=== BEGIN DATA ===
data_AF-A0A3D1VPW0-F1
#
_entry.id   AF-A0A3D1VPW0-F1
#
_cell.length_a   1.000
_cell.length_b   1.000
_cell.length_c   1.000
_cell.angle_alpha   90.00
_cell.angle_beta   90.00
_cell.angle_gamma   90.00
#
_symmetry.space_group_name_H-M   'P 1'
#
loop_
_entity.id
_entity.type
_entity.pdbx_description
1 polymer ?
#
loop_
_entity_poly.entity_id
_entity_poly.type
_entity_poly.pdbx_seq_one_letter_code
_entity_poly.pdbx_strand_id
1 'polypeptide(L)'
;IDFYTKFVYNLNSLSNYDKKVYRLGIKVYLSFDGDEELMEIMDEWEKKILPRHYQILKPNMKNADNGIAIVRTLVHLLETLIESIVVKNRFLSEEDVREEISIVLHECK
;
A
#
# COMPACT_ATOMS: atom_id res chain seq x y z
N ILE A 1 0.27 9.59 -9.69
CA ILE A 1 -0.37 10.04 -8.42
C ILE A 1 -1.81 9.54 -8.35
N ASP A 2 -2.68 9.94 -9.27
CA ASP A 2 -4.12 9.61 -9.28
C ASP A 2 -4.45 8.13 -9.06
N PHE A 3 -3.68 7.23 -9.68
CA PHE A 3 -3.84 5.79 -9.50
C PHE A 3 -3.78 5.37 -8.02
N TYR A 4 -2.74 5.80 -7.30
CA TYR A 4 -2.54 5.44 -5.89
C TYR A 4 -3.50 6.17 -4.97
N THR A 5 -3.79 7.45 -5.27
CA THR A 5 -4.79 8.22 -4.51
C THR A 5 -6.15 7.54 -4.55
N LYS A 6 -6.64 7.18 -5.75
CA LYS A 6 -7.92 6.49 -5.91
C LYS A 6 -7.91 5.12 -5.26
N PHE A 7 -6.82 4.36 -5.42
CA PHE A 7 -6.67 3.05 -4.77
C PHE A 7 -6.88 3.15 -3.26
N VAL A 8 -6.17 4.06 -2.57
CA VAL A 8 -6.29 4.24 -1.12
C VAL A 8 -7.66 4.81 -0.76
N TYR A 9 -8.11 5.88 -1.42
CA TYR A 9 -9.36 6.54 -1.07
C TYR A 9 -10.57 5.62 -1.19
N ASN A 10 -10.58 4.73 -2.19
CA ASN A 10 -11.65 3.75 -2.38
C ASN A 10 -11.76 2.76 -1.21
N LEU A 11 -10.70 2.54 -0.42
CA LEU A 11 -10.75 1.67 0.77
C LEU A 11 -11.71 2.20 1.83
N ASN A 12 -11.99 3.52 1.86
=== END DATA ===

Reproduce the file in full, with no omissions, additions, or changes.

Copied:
data_AF-A0A3D1VPW0-F1
#
_entry.id   AF-A0A3D1VPW0-F1
#
_cell.length_a   1.000
_cell.length_b   1.000
_cell.length_c   1.000
_cell.angle_alpha   90.00
_cell.angle_beta   90.00
_cell.angle_gamma   90.00
#
_symmetry.space_group_name_H-M   'P 1'
#
loop_
_entity.id
_entity.type
_entity.pdbx_description
1 polymer ?
#
loop_
_entity_poly.entity_id
_entity_poly.type
_entity_poly.pdbx_seq_one_letter_code
_entity_poly.pdbx_strand_id
1 'polypeptide(L)'
;IDFYTKFVYNLNSLSNYDKKVYRLGIKVYLSFDGDEELMEIMDEWEKKILPRHYQILKPNMKNADNGIAIVRTLVHLLETLIESIVVKNRFLSEEDVREEISIVLHECK
;
A
#
# COMPACT_ATOMS: atom_id res chain seq x y z
N ILE A 1 0.27 9.59 -9.69
CA ILE A 1 -0.37 10.04 -8.42
C ILE A 1 -1.81 9.54 -8.35
N ASP A 2 -2.68 9.94 -9.27
CA ASP A 2 -4.12 9.61 -9.28
C ASP A 2 -4.45 8.13 -9.06
N PHE A 3 -3.68 7.23 -9.68
CA PHE A 3 -3.84 5.79 -9.50
C PHE A 3 -3.78 5.37 -8.02
N TYR A 4 -2.74 5.80 -7.30
CA TYR A 4 -2.54 5.44 -5.89
C TYR A 4 -3.50 6.17 -4.97
N THR A 5 -3.79 7.45 -5.27
CA THR A 5 -4.79 8.22 -4.51
C THR A 5 -6.15 7.54 -4.55
N LYS A 6 -6.64 7.18 -5.75
CA LYS A 6 -7.92 6.49 -5.91
C LYS A 6 -7.91 5.12 -5.26
N PHE A 7 -6.82 4.36 -5.42
CA PHE A 7 -6.67 3.05 -4.77
C PHE A 7 -6.88 3.15 -3.26
N VAL A 8 -6.17 4.06 -2.57
CA VAL A 8 -6.29 4.24 -1.12
C VAL A 8 -7.66 4.81 -0.76
N TYR A 9 -8.11 5.88 -1.42
CA TYR A 9 -9.36 6.54 -1.07
C TYR A 9 -10.57 5.62 -1.19
N ASN A 10 -10.58 4.73 -2.19
CA ASN A 10 -11.65 3.75 -2.38
C ASN A 10 -11.76 2.76 -1.21
N LEU A 11 -10.70 2.54 -0.42
CA LEU A 11 -10.75 1.67 0.77
C LEU A 11 -11.71 2.20 1.83
N ASN A 12 -11.99 3.52 1.86